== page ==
A mural decorates the ceiling of the palace, showing Juan Escutia wrapped in the flag, apparently falling from above. A monument stands in Chapultepec Park commemorating their courage. The cadets are eulogized in Mexican history as Los Niños Héroes, the "Child Heroes" or Heroic Cadets.
Saint Patrick's Battalion
Thirty men from the Saint Patrick's Battalion, a group of former United States Army soldiers who joined the Mexican side, were executed en masse during the battle. They had been previously captured at the Battle of Churubusco. Colonel William S. Harney specified that they were to be hanged with Chapultepec in view and that the precise moment of their death was to occur when the U.S. flag replaced the Mexican tricolor atop the citadel.
Belén and San Cosmé Gates
General Scott arrived at the castle and was mobbed by cheerful soldiers. He detached a regiment to garrison Chapultepec and guard the prisoners there. Scott then planned for the attack on the city. He ordered a secondary attack against the Belén Gate and brought up the rest of William J. Worth's division to support Trousdale's men on La Verónica Causeway (now Avenida Melchor Ocampo) for the main attack against the San Cosme Gate. Defended by Gen. Rangel Granaderos Battalion, part Matamoros, Morelia & Santa Anna Battalions (Col. Gonzalez), part 3d Light (Lt. Col. Echeagaray), & 1st Light (Comdt Marquez)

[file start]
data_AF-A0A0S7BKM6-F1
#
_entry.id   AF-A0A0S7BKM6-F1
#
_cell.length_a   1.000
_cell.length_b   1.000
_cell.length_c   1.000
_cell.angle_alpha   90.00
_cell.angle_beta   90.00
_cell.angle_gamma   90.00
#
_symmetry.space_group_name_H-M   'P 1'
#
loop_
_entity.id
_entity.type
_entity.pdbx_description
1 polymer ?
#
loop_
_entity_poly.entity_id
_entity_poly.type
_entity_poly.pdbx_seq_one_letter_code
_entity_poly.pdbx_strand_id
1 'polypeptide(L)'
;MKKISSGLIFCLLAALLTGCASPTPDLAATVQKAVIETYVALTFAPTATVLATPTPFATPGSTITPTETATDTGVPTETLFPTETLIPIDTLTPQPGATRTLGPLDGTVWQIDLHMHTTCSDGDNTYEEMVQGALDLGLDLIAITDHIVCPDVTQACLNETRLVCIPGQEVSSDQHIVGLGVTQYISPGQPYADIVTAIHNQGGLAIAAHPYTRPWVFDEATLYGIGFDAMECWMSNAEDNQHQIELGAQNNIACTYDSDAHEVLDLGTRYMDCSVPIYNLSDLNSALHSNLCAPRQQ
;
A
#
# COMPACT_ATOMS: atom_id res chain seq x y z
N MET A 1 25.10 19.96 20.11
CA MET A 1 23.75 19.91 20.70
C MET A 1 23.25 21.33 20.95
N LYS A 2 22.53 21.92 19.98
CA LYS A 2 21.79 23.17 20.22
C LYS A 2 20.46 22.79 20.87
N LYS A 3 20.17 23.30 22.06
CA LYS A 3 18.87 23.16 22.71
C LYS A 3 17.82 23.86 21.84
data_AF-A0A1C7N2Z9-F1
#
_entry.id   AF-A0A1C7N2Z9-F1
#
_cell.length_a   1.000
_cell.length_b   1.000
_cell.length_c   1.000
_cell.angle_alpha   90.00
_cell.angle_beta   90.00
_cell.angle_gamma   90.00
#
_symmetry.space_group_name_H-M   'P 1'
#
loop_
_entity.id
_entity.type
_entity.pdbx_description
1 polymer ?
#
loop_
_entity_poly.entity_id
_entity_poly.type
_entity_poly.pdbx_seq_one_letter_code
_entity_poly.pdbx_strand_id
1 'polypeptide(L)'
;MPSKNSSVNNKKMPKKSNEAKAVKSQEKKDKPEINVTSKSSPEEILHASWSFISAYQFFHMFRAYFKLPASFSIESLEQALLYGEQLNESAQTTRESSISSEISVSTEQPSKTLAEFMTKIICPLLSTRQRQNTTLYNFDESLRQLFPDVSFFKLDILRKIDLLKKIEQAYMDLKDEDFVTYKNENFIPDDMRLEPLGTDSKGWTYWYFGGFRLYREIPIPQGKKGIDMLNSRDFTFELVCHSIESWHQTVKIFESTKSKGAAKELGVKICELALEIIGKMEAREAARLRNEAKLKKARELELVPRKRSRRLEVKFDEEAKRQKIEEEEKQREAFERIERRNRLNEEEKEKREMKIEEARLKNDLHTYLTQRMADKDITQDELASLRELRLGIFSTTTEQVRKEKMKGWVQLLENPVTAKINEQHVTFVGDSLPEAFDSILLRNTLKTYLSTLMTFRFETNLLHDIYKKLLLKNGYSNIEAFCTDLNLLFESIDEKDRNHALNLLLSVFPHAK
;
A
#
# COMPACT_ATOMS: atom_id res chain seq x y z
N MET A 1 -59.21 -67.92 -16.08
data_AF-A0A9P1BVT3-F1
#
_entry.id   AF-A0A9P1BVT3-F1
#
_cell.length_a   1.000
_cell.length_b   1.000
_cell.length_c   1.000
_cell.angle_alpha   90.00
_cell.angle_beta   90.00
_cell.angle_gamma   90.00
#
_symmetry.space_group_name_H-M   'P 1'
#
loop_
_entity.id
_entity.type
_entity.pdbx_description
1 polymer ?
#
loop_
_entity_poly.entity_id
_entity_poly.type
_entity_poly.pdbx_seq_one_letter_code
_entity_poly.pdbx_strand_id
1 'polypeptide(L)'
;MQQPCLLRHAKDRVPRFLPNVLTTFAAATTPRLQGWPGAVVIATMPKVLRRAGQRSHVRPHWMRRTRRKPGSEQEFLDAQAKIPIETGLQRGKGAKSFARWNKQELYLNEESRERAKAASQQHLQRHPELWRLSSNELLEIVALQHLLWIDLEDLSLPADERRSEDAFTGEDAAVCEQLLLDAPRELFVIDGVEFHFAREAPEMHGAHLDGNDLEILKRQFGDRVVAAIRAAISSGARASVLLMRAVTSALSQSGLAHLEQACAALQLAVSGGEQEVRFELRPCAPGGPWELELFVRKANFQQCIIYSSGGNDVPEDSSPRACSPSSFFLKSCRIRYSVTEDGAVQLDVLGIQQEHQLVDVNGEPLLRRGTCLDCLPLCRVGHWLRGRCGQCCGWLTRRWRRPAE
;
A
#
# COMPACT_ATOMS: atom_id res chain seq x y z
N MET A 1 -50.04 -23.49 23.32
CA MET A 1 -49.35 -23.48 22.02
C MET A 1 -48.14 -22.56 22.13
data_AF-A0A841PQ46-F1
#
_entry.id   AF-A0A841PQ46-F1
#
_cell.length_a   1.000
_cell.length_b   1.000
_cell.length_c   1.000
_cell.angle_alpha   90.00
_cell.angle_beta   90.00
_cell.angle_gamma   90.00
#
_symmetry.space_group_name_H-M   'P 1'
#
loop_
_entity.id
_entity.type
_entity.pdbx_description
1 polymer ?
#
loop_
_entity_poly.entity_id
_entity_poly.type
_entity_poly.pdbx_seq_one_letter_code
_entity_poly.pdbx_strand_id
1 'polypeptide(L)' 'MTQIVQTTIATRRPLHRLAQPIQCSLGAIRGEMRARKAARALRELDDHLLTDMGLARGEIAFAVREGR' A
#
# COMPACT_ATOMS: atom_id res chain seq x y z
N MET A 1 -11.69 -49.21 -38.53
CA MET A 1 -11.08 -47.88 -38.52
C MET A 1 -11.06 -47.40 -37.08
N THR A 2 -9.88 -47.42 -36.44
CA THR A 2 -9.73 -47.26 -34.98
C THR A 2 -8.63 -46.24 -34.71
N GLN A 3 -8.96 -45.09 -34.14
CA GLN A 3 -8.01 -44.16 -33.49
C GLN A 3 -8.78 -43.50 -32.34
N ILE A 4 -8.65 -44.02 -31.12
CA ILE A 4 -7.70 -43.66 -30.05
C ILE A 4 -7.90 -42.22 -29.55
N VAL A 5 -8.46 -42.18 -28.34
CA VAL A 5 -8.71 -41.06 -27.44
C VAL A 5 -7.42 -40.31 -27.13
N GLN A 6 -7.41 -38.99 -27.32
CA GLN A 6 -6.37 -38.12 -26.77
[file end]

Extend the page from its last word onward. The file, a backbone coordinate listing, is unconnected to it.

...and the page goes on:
Trousdale, followed by John Garland's, Newman Clarke's and George Cadwalader's brigades, began advancing up the causeway. However, General Quitman quickly gathered the troops in Chapultepec and Persifor F. Smith's brigade turned east and immediately headed down the Belén Causeway. Intended only to be a feint, Quitman's attack soon became the center of the attack as he chased Chapultepec's retreating defenders back into the city. His troops were met by strong resistance in front of the gate, which was supported by a battery of artillery. Using the stone arches of the aqueduct running down the center of the causeway, Quitman's men crept forward. General Andrés Terrés' troops (three guns and 200 men : 2d Mexico Activos) began to desert and flee back to the citadel. Led by the Mounted Rifles (fighting on foot), Quitman breached the Belén Gate at 1:20 p.m. General Scott later commented "Brave Rifle, Veterans, you have been baptized in fire and blood and come out steel".